Our best-in-class Quiche Florentine is flavorful and fabulous. Makes a great brunch buffet item and can be baked alongside Quiche Lorraine.
Why this recipe works
Quiche Florentine (spinach quiche) is a nice, classic, hearty vegetarian option for a brunch buffet that also works well for lunch or dinner. This dish is make-ahead friendly to the point that it actually improves with a little rest. (Don’t we all?)
- Uses lots of spinach and Gruyere cheese for a beautifully savory flavor profile. (Use a vegetarian Swiss cheese instead of Gruyere, which is traditionally made with animal rennet, if you like.)
- Bakes the filling low and slow to make it tender
- Uses a good-quality pre-made pie crust to keep this dish easy enough to make on a regular basis (or for a special occasion where you're making lots of other things, too)
I'm a huge fan of entertaining with classic dishes that never go out of style. Quiche may feel more earnest to some and more retro to others, but it’s always a popular buffet item. For a wedding shower or baby shower, Easter, Mother’s Day, and beyond, a good recipe for quiche will set you up for success. Pair Quiche Florentine with a good salad, a classic cocktail, and a jazzy playlist, and you’ve already got the makings of a crowd-pleasing party.
For a big party, buy a two-pack of pie crusts and bake this quiche alongside our Quiche Lorraine, right on the same rimmed baking sheet. Or keep it vegetarian and double this recipe.
I first published this recipe here back in 2019. I've since updated the post for clarity, but the recipe remains the same.
What you'll need
Here's a glance at the ingredients you'll need to make this recipe.
- A 9-inch deep-dish pie crust. You can make your own, but I tend to make quiche a more achievable meal by using a good-quality frozen crust that's not overly sweet. We like Wholly Wholesome traditional organic pie crusts. I've found them in the freezer section of Whole Foods, as well as at FreshDirect.
- Chopped frozen spinach is your best bet for this recipe. You'll cook it in the microwave and then squeeze out all the liquid before adding to the quiche. If you'd like to substitute fresh spinach, see the directions in the FAQ section below.
- Gruyere instantly elevates a simple recipe with its umami-forward, nutty, slightly funky flavor. It's a classic ingredient in this dish. If it's important to you that this quiche be vegetarian, you'll need to substitute a good-quality, aged Swiss-style cheese that's made without animal rennet.
- The combination of heavy cream and whole milk gives a proper quiche its creamy, custardy texture. You can experiment with lower-fat versions of these ingredients (half and half, 2% milk) if you prefer. The quiche will still set and taste delicious, but the texture will be different.
How to make it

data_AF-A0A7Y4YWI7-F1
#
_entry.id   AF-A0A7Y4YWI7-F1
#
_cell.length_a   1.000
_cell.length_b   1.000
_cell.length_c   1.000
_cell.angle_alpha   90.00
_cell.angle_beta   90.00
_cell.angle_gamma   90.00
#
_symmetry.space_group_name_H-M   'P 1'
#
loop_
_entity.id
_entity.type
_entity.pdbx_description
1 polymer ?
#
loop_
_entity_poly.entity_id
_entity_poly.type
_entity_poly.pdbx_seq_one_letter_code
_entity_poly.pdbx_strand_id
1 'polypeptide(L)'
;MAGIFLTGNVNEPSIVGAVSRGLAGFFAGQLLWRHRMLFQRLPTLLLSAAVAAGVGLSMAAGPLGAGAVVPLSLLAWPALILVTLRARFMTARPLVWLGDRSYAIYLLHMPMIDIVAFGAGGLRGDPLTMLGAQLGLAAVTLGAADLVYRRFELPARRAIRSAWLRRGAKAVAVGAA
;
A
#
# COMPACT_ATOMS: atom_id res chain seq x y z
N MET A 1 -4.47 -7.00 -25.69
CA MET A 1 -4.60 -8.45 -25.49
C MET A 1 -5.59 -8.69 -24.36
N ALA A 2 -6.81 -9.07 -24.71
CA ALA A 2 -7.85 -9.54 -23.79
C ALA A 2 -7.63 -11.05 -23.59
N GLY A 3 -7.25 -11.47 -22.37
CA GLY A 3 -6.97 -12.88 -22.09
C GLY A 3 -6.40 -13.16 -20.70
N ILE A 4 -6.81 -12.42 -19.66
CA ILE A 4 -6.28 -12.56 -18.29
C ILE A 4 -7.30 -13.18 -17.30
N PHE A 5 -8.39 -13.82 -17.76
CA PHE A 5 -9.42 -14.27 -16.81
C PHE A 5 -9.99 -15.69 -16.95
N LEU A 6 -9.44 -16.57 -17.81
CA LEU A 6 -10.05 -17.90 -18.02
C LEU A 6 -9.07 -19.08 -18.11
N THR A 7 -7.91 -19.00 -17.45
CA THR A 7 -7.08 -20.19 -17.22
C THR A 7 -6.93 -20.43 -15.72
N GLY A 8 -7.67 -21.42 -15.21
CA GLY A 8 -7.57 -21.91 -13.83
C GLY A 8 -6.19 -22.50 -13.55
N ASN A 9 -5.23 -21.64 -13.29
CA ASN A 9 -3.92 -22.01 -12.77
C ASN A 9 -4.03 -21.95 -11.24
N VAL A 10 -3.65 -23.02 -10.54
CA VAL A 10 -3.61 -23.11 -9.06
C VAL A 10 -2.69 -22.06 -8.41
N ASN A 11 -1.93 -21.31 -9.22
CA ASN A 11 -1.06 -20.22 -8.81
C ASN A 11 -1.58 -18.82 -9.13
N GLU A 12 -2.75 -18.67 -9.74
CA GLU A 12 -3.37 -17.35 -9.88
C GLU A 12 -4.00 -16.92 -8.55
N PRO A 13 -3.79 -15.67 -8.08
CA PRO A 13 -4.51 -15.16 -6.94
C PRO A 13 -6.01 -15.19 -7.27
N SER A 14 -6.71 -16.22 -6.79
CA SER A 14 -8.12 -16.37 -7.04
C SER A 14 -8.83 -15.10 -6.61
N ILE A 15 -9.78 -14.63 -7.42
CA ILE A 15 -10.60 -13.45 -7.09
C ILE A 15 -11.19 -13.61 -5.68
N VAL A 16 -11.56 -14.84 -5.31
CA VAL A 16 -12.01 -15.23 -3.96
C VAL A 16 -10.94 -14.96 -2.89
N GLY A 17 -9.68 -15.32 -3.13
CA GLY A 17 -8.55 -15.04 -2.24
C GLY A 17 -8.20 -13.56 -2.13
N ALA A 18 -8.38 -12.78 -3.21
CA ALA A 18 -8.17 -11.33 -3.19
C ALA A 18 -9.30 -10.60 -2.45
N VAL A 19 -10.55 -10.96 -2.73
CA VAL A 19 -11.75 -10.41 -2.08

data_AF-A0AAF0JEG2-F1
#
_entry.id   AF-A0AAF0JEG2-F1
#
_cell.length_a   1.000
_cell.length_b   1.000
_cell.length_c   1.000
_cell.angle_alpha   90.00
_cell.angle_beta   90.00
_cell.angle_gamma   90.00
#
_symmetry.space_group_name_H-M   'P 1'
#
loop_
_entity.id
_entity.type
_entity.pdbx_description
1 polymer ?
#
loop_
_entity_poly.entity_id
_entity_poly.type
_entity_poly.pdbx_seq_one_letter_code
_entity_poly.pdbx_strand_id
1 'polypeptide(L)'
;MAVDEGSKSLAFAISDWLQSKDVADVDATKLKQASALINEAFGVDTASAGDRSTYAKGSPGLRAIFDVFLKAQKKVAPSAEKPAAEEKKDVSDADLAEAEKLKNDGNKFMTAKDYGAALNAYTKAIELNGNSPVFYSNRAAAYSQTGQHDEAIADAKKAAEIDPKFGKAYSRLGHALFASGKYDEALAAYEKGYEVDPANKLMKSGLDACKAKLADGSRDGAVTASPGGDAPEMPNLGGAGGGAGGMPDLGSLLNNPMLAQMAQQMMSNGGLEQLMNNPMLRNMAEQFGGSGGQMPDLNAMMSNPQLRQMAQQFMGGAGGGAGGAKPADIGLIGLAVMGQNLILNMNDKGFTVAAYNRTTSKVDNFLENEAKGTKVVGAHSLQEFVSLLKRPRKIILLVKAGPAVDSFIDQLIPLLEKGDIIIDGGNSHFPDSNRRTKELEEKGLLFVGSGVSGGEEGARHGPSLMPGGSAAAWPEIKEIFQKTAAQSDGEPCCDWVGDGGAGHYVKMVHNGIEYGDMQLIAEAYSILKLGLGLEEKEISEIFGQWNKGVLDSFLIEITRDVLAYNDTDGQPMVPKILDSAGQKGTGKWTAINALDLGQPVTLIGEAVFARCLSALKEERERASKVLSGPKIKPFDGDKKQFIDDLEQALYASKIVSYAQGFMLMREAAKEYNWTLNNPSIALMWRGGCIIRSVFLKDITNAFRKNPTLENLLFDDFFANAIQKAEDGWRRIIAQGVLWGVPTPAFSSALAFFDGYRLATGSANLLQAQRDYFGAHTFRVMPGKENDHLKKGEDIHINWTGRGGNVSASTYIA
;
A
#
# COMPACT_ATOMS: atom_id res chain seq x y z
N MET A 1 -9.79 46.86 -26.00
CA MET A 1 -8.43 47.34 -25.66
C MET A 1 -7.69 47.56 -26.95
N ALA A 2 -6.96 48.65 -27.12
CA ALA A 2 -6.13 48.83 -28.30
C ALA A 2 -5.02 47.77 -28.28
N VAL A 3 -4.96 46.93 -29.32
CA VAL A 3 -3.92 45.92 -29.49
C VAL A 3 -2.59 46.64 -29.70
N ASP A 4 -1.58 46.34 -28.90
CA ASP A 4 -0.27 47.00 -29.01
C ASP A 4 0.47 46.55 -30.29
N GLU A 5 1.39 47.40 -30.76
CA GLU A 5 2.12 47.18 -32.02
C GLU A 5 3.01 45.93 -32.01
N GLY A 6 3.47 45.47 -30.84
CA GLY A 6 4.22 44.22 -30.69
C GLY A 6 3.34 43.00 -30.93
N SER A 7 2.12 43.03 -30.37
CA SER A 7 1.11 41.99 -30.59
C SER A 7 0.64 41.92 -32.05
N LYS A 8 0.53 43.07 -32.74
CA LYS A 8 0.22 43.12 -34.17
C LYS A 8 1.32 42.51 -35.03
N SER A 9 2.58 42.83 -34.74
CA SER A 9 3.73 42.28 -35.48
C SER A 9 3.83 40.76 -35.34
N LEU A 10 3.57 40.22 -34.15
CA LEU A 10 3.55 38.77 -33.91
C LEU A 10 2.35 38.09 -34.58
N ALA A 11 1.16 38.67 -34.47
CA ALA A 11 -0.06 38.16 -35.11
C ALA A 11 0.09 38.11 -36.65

Here's an overview of what you'll do to make a beautiful quiche Florentine. You can see the steps in action in the video that accompanies this post, and get all the details in the recipe card below.
- Prick the crust all over with a fork and blind bake them for 10 minutes. Let cool for 10 minutes. (Note: these photos show two quiches being baked side by side, but this recipe makes one quiche.)
- While the crusts bake, cook the spinach in the microwave and, once cool enough to handle, squeeze out as much liquid as possible. Cook the onion in the olive oil, and then mix in the spinach.
- Beat the eggs well in a medium bowl, then stir in the cream, milk, and seasonings.
- Spread the spinach mixture and gruyere evenly over the bottom of the crust. Place quiche on oven rack and carefully pour in custard. Bake for 45-60 minutes, until filling is just set and wobbly but not sloshy in the middle. It will firm up a bit as it cools.
Expert tips and FAQs
Chopped frozen spinach is the ideal ingredient for this recipe for a few reasons. It's already got the density that you're looking for, it's easy, and it tends to be a lot more affordable than its fresh counterpart. I'd recommend saving the fresh spinach for the many places where it really shines, like a gorgeous salad or a fabulous quick-cooking curry.
If using chopped frozen spinach, all you need to do is cook it in the microwave (or on the stovetop, if you must) according to package directions, let it cool enough to handle, and then squeeze out and discard all the liquid.
If you want to use fresh spinach in this recipe, you'll need to do some prep. You can use either baby or mature spinach. Either way, chop it well. You can include the tender parts of any stems. Then cook it in boiling, salted water until tender. For baby spinach, this will only take a minute. For mature leaves, give it two to three minutes and then test it, since they vary widely.